It's a family matter. That's how the Chiefs are reacting to the locker room altercation between running back Thomas Jones and rookie wide receiver Jonathan Baldwin that went down in the team's last day of training camp in St. Joseph.
Details of the fight remain covered up by the team's wall of family secrecy that went up soon after the incident. The outcome of the incident was obvious - Baldwin has a thumb injury that will keep him out of the rest of the preseason and maybe into the regular season. Jones had no visible injuries and he played quite a bit in Friday's game against Baltimore.
Baldwin did not play against the Ravens and was not seen at the team's hotel or locker room. After the game, coach Todd Haley at first indicated he did not understand the questions being asked of him about a fight.
Eventually, he talked about Baldwin.
"Jonathan Baldwin did not play tonight due to injury," Haley said. "As I say in here a bunch, that's the extent of what I'm going to talk about."
Haley was asked if there was an altercation involving Baldwin and Jones.
"As with many things on our team, we fall into the family business category," Haley said. "I'll talk about the guys that were out there tonight and playing and trying to get better."
Jones was not willing to talk about the incident after the game.
"At this point, I'm just focused on this game and how we played," Jones said. "If it's not a football question, there's nothing to answer. If it's not a football question, I'm not interested in answering."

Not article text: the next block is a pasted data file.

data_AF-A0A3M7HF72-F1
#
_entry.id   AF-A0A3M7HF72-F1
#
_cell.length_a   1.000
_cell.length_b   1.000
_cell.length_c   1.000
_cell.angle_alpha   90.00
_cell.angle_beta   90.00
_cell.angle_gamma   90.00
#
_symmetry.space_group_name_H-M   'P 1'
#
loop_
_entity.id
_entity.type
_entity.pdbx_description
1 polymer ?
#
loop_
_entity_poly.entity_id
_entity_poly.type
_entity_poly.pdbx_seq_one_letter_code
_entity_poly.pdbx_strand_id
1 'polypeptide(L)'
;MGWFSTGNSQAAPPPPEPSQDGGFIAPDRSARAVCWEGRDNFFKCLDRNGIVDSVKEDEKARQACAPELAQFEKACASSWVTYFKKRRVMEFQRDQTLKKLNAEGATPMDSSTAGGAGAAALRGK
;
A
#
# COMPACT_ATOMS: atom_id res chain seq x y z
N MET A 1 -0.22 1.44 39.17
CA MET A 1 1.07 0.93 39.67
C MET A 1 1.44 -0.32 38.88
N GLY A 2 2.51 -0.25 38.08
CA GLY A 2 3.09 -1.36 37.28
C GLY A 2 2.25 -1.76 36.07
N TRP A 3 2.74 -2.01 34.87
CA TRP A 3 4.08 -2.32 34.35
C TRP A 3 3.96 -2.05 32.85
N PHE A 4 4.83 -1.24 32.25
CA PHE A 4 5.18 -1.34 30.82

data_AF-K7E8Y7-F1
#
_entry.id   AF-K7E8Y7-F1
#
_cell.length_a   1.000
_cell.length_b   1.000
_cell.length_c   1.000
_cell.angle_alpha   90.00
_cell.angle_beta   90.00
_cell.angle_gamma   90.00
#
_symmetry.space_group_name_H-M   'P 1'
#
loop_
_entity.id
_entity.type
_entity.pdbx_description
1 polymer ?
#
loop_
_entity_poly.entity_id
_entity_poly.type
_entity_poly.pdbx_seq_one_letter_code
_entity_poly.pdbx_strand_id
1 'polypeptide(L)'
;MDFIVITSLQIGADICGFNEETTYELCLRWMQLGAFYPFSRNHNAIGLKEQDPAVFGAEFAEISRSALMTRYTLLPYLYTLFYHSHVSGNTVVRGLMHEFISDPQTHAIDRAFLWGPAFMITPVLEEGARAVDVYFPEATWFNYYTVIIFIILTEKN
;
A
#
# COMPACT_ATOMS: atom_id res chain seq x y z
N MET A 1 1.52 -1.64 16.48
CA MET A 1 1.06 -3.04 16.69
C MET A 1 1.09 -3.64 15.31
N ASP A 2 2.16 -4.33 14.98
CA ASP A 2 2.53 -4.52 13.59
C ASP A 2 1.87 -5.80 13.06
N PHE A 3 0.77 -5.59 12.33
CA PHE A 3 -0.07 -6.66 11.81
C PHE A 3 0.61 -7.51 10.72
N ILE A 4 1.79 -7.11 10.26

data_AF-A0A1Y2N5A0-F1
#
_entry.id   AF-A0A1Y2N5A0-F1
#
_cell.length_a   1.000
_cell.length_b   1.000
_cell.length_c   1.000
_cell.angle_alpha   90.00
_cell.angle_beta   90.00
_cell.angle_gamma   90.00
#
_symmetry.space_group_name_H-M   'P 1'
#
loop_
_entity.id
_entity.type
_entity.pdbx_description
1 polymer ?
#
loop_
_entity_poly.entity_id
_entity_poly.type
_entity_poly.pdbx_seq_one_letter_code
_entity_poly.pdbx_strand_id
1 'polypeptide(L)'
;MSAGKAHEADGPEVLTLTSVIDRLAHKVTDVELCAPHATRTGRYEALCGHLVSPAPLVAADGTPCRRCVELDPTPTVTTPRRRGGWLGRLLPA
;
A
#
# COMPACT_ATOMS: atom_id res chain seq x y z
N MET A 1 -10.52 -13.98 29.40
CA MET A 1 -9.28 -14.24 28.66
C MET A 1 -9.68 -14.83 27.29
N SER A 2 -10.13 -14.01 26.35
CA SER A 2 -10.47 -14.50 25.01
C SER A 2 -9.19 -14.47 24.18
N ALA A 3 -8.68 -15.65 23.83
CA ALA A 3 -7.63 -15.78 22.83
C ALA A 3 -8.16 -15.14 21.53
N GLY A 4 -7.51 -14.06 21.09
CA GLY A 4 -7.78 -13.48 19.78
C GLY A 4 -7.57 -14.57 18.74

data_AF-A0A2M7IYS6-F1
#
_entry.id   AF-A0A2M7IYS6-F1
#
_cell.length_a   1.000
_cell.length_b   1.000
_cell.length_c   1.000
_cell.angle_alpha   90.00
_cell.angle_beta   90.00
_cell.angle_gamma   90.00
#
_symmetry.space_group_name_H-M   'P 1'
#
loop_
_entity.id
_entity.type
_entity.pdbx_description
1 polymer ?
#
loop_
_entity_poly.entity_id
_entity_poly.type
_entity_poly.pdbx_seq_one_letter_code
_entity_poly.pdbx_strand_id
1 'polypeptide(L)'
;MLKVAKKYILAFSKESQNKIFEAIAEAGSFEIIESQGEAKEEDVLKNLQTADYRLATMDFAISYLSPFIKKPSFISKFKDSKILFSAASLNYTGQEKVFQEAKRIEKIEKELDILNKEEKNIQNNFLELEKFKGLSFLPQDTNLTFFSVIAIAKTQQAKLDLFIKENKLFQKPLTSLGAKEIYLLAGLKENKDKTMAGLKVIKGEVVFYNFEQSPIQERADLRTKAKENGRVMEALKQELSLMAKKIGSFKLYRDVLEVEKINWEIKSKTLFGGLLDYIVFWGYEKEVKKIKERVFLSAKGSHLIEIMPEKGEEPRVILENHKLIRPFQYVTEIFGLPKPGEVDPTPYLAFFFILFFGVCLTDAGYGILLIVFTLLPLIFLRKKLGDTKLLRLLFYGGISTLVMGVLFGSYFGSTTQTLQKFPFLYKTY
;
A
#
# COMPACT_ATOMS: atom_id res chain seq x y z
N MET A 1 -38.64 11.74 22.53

Other Chiefs waved away questions about what happened between Baldwin and Jones.
"It's family business," said strong safety Eric Berry. "It's not something that anybody is going to talk about outside the family."
Jones and Baldwin apparently were in character with the incident. Baldwin's attitude left some ruffled feathers at the University of Pittsburgh, especially after the 2010 season when he ripped the play-calling and quarterbacking as reasons for his numbers regressing. When Jones was with the Chicago Bears, he tangled with fellow running back Cedric Benson.
There certainly wasn't a problem with whatever approach Jones took in the situation, because he was on the field and very active in the game at Baltimore. Haley has had nothing but praise for the 33-year old running back since he arrived last year as a free agent from the New York Jets.
Acknowledgement of the altercation did not come from the organization. As has been their pattern in the previous two years, they publicly pretended that nothing unusual happened. So there was no explanation of what may have caused the tussle.
But there's no doubt about this: the Chiefs and Baldwin face a long road of rehabilitation, not only for his wrist, but his reputation, whether the organization wants to acknowledge the situation or not. His rookie preseason was an important opportunity for Baldwin. The Chiefs' offense needs his big-play ability to help take the passing game to the next level.
What's the next move for the Chiefs and Baldwin? He gets healthy and returns to practice as soon as possible. He's too big an investment to cut loose or bury on the injured reserve list. When he's healed, it's up to Baldwin from that point. He has a lot to prove.
What's the next move for the Chiefs and Jones? Nothing. One of the reasons Jones was signed by the Chiefs included providing leadership in the locker room.
Jones did his job. Baldwin did not, and that has to have Haley and general manager Scott Pioli pondering their draft-day decision. There were questions about Baldwin's maturity coming out of Pitt, and that was brushed aside by the Chiefs' leadership - they had the inside information and based on their evaluations, they said they were not worried about Baldwin's personality.
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